Godzilla, which opens with sneak previews Thursday (May 15), represents everything a summer blockbuster should be – pure escapist entertainment.
And ever since Raymond Burr (look that one up kids) served as one of American voices in the 1956 original that brought the bad ass monster to U.S. theaters, fans have had a love-hate relationship with the not-so-jolly green giant.
The love affair should return after audiences get a gander of the latest American adaptation of Japan’s favorite sci-fi cinematic son. Director Gareth Edwards produces a rollicking, piece of pop culture that brings the larger-than-life lizard to the screen courtesy of a script by Max Borenstein.
It’s good enough to make fans of the rascally reptile forget the dreadful remake from 16 years ago that starred Matthew Broderick (a film that he probably wants erased from his filmography) and was directed by Roland Emmerich, the king of hack sci-fi disaster films.
But where Emmerich showed little restraint in unleashing the beast, Edwards may be a bit too reserved. There’s little doubt as to what he’s trying to do.
He wants to balance an intriguing story with the film’s star attraction, Godzilla. In the process, however, the monster receives short shrift.
Audiences don’t see him in totality until about an hour into the movie and then, Edwards treats him like Bruce the shark from Jaws for a while, building anticipation for his grand battle. It’s a risky move.
If the battle sucks, he sinks the flick. Bad buzz ensues and he’s the next Emmerich. If he unleashes a fight of epic proportions and chances are he has a hit. Thankfully, Godzilla’s fight against a flying monster proves to be epic courtesy of state-of-the-art special effects.
However, that’s not entirely what Edwards is about. With the monster mash, comes a story of obsession and redemption. Bryan Cranston (Breaking Bad) portrays Joe Brody, a nuclear engineer who has to endure the meltdown of the Japanese power plant he’s working on and watch as his wife (Juliette Binoche) dies in the process leaving him a widower and his son motherless.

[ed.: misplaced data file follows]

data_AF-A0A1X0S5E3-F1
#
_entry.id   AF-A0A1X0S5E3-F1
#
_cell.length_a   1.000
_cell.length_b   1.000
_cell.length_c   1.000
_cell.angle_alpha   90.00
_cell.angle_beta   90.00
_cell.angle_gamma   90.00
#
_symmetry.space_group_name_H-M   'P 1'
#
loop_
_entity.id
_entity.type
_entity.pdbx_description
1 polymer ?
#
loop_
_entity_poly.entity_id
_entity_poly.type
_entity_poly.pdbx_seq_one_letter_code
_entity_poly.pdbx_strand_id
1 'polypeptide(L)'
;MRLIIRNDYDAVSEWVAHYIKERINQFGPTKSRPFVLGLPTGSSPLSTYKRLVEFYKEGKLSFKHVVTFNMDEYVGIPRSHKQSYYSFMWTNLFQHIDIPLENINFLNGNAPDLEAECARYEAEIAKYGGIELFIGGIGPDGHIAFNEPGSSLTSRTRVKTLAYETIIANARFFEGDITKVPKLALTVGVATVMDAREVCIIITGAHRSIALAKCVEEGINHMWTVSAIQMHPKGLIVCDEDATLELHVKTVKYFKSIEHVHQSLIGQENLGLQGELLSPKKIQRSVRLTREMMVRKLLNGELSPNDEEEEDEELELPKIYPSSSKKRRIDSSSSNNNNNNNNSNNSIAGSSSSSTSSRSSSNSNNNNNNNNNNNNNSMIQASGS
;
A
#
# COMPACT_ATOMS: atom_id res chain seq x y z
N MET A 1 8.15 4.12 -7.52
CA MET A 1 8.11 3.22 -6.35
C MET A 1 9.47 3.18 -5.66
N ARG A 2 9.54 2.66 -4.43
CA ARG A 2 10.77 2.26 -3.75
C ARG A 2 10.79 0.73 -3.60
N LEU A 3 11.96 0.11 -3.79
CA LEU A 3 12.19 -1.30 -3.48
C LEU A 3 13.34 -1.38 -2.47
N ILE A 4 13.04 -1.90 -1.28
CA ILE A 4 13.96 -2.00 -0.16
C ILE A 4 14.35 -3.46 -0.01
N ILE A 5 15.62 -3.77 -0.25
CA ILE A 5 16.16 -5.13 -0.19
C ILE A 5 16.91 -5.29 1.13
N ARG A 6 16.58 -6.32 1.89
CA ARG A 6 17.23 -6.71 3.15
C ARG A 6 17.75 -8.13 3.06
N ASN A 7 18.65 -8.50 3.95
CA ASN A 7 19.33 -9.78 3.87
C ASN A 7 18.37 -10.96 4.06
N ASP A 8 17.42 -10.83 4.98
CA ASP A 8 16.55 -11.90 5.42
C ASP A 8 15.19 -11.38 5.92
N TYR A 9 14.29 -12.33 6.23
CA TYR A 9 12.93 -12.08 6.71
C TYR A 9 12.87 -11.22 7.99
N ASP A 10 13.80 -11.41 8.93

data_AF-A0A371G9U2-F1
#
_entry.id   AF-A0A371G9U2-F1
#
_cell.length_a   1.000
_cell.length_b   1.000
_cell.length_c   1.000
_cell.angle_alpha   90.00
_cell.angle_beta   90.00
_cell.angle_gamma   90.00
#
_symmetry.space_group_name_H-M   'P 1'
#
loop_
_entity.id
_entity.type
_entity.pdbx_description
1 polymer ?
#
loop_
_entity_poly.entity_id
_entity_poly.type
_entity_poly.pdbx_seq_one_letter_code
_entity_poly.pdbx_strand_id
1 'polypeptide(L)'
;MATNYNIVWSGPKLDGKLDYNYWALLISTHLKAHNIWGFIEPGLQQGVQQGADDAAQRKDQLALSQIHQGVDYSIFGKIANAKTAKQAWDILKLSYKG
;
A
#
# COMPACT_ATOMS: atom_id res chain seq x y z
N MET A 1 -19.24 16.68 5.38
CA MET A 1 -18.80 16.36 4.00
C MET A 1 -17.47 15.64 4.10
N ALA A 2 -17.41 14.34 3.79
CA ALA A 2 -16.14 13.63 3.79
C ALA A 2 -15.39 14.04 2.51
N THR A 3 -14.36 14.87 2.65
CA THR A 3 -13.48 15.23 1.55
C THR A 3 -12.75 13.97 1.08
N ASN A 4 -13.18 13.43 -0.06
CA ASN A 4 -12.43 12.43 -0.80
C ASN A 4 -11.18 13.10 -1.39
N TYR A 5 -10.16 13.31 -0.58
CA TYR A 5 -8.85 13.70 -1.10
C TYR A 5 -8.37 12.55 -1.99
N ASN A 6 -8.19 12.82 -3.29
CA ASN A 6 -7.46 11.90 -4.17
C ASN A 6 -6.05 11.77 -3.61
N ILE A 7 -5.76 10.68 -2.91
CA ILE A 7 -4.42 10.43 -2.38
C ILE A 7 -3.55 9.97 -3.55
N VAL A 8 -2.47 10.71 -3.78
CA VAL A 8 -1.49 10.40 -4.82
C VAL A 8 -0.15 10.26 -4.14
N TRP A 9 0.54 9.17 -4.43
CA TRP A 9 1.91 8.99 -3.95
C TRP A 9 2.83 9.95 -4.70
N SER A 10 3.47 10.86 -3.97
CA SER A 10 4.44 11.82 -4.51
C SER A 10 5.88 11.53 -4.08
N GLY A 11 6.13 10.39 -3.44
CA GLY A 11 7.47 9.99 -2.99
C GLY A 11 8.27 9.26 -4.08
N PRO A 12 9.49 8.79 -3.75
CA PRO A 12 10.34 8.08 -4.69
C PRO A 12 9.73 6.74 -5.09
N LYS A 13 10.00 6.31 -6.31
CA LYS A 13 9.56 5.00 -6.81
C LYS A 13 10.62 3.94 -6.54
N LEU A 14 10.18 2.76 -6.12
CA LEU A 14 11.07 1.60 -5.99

Fast forward 15 years. His son Sam (Carson Bolde) is grown, a Navy bomb expert and nearly estranged from Joe who is obsessed with finding out what created the power plant disaster. Of course as he plans this the government is in full-blown cover-up mode.
What they eventually find in a nuclear energy sucking monster wreaks havoc on two continents. And it takes a Japanese scientist (Ken Watanabe) to unlock the key to the monsters’ mystery.
Godzilla is one of those films that audiences should just sit back and enjoy. It’s a thrill ride, an amusement park adventure come to life.
This version distinguishes itself because of the addition of Cranston, Watanabe and veteran character actor David Strathairn. It’s likely to make a boatload of cash, but a word of advice: next time more of the big guy, please.
Director: Gareth Edwards
Cast: Bryan Cranston, Carson Bolde, Ken Watanabe, David Strathairn, Juliette Binoche.
Studio: Warner Bros.
Rated: PG-13 for intense sequences of destruction, mayhem and creature violence.
Running time: 123 minutes
George’s rating: 3.5-of-5 stars
Check for theaters and showtimes at Atlas Cinemas, Cleveland Cinemas, Fandango.com and MovieTickets.com